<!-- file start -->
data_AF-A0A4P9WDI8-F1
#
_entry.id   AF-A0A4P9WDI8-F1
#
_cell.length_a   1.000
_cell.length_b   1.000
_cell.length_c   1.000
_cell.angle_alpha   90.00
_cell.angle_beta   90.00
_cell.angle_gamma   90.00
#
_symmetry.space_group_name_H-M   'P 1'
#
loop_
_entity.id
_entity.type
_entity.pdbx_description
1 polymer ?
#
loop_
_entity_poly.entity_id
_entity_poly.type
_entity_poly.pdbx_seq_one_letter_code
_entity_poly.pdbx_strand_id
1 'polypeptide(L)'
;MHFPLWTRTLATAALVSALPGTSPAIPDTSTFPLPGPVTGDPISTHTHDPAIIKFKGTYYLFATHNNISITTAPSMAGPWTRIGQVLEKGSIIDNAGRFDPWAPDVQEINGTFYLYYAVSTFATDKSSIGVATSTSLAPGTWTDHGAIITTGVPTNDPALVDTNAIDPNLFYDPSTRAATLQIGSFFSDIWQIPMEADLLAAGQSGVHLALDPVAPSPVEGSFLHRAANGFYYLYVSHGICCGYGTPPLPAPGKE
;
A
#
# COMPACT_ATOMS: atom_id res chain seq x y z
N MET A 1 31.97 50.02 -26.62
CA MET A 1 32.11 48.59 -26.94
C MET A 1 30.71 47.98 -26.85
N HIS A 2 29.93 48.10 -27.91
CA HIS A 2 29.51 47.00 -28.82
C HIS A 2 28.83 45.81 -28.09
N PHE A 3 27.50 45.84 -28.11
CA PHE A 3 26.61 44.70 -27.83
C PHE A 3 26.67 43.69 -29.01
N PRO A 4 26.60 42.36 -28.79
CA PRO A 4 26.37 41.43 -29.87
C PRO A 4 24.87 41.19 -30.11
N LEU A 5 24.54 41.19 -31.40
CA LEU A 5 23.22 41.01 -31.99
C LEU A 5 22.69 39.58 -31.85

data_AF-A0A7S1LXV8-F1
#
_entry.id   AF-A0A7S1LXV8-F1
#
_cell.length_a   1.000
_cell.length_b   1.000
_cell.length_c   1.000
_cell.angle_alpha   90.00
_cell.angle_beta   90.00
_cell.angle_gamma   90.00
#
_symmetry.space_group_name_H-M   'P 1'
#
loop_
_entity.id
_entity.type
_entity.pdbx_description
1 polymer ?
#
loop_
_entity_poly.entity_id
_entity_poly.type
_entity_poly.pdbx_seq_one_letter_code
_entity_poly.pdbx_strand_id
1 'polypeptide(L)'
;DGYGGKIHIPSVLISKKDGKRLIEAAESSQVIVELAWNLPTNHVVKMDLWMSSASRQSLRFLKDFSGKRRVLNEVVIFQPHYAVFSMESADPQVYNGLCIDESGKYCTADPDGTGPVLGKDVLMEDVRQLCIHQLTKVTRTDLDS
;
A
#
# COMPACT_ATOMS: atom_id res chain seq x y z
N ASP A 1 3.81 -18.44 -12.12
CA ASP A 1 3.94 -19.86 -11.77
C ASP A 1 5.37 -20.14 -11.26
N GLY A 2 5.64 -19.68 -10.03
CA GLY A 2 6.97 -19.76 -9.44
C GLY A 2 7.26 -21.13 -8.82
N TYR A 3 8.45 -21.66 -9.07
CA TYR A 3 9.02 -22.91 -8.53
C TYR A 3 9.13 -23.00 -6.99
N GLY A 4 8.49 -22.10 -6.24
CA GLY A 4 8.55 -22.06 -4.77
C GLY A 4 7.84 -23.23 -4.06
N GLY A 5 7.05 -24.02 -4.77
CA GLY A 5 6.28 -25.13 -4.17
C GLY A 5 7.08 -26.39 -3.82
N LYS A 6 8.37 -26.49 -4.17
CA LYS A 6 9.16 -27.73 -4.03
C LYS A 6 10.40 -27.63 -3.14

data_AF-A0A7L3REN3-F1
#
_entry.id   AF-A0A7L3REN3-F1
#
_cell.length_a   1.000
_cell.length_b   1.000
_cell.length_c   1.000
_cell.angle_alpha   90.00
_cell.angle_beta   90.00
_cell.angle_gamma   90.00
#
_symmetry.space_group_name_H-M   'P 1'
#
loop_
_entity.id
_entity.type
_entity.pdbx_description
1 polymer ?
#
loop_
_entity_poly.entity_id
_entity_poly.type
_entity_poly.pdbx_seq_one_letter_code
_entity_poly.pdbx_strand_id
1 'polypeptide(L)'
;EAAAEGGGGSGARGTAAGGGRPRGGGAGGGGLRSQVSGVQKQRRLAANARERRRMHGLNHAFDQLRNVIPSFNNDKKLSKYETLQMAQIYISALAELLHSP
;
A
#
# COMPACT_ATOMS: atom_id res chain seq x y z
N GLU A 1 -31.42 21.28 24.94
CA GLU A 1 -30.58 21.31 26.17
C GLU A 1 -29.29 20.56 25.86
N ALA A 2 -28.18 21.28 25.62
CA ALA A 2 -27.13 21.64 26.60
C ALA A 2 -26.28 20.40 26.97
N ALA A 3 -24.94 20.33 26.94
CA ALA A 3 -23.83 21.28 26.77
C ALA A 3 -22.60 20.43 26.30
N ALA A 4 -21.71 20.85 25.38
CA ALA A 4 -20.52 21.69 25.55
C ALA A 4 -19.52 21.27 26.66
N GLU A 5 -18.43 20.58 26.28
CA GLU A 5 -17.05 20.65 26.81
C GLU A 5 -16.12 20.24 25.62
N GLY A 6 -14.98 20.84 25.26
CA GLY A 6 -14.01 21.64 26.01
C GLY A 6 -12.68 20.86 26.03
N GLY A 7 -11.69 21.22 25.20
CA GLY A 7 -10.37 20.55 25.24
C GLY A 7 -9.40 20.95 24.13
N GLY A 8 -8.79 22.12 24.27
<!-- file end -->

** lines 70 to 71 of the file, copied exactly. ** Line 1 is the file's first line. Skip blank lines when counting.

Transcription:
1 'polypeptide(L)'
;DGYGGKIHIPSVLISKKDGKRLIEAAESSQVIVELAWNLPTNHVVKMDLWMSSASRQSLRFLKDFSGKRRVLNEVVIFQPHYAVFSMESADPQVYNGLCIDESGKYCTADPDGTGPVLGKDVLMEDVRQLCIHQLTKVTRTDLDS